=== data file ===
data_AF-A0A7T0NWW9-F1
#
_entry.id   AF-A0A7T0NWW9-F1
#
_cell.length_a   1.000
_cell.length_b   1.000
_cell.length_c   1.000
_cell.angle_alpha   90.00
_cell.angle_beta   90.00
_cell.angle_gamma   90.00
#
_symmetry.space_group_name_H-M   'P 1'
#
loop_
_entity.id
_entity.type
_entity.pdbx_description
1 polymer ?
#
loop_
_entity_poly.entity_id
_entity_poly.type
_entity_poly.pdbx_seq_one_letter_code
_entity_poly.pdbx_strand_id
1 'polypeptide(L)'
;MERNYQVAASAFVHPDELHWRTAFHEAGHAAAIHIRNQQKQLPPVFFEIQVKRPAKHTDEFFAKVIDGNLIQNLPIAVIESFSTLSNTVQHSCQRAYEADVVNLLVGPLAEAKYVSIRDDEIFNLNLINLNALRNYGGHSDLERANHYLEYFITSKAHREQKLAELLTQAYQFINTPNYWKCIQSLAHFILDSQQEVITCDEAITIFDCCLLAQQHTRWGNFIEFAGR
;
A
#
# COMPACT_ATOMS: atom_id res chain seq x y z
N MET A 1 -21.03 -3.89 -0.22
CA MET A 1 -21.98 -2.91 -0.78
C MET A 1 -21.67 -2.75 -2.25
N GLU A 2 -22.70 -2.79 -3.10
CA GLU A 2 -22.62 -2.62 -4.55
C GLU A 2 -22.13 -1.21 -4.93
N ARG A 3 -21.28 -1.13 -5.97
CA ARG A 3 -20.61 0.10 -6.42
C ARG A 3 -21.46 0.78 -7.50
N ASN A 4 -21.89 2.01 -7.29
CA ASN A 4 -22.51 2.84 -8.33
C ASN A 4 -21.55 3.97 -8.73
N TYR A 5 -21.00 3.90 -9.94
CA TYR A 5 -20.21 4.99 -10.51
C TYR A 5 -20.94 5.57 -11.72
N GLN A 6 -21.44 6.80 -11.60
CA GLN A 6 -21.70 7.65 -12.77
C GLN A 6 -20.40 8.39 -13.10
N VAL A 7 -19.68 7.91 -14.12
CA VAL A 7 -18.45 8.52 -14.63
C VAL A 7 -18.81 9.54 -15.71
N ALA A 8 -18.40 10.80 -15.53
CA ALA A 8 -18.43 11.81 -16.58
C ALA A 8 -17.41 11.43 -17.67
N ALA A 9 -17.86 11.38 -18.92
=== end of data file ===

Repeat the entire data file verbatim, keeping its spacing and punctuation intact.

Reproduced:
data_AF-A0A7T0NWW9-F1
#
_entry.id   AF-A0A7T0NWW9-F1
#
_cell.length_a   1.000
_cell.length_b   1.000
_cell.length_c   1.000
_cell.angle_alpha   90.00
_cell.angle_beta   90.00
_cell.angle_gamma   90.00
#
_symmetry.space_group_name_H-M   'P 1'
#
loop_
_entity.id
_entity.type
_entity.pdbx_description
1 polymer ?
#
loop_
_entity_poly.entity_id
_entity_poly.type
_entity_poly.pdbx_seq_one_letter_code
_entity_poly.pdbx_strand_id
1 'polypeptide(L)'
;MERNYQVAASAFVHPDELHWRTAFHEAGHAAAIHIRNQQKQLPPVFFEIQVKRPAKHTDEFFAKVIDGNLIQNLPIAVIESFSTLSNTVQHSCQRAYEADVVNLLVGPLAEAKYVSIRDDEIFNLNLINLNALRNYGGHSDLERANHYLEYFITSKAHREQKLAELLTQAYQFINTPNYWKCIQSLAHFILDSQQEVITCDEAITIFDCCLLAQQHTRWGNFIEFAGR
;
A
#
# COMPACT_ATOMS: atom_id res chain seq x y z
N MET A 1 -21.03 -3.89 -0.22
CA MET A 1 -21.98 -2.91 -0.78
C MET A 1 -21.67 -2.75 -2.25
N GLU A 2 -22.70 -2.79 -3.10
CA GLU A 2 -22.62 -2.62 -4.55
C GLU A 2 -22.13 -1.21 -4.93
N ARG A 3 -21.28 -1.13 -5.97
CA ARG A 3 -20.61 0.10 -6.42
C ARG A 3 -21.46 0.78 -7.50
N ASN A 4 -21.89 2.01 -7.29
CA ASN A 4 -22.51 2.84 -8.33
C ASN A 4 -21.55 3.97 -8.73
N TYR A 5 -21.00 3.90 -9.94
CA TYR A 5 -20.21 4.99 -10.51
C TYR A 5 -20.94 5.57 -11.72
N GLN A 6 -21.44 6.80 -11.60
CA GLN A 6 -21.70 7.65 -12.77
C GLN A 6 -20.40 8.39 -13.10
N VAL A 7 -19.68 7.91 -14.12
CA VAL A 7 -18.45 8.52 -14.63
C VAL A 7 -18.81 9.54 -15.71
N ALA A 8 -18.40 10.80 -15.53
CA ALA A 8 -18.43 11.81 -16.58
C ALA A 8 -17.41 11.43 -17.67
N ALA A 9 -17.86 11.38 -18.92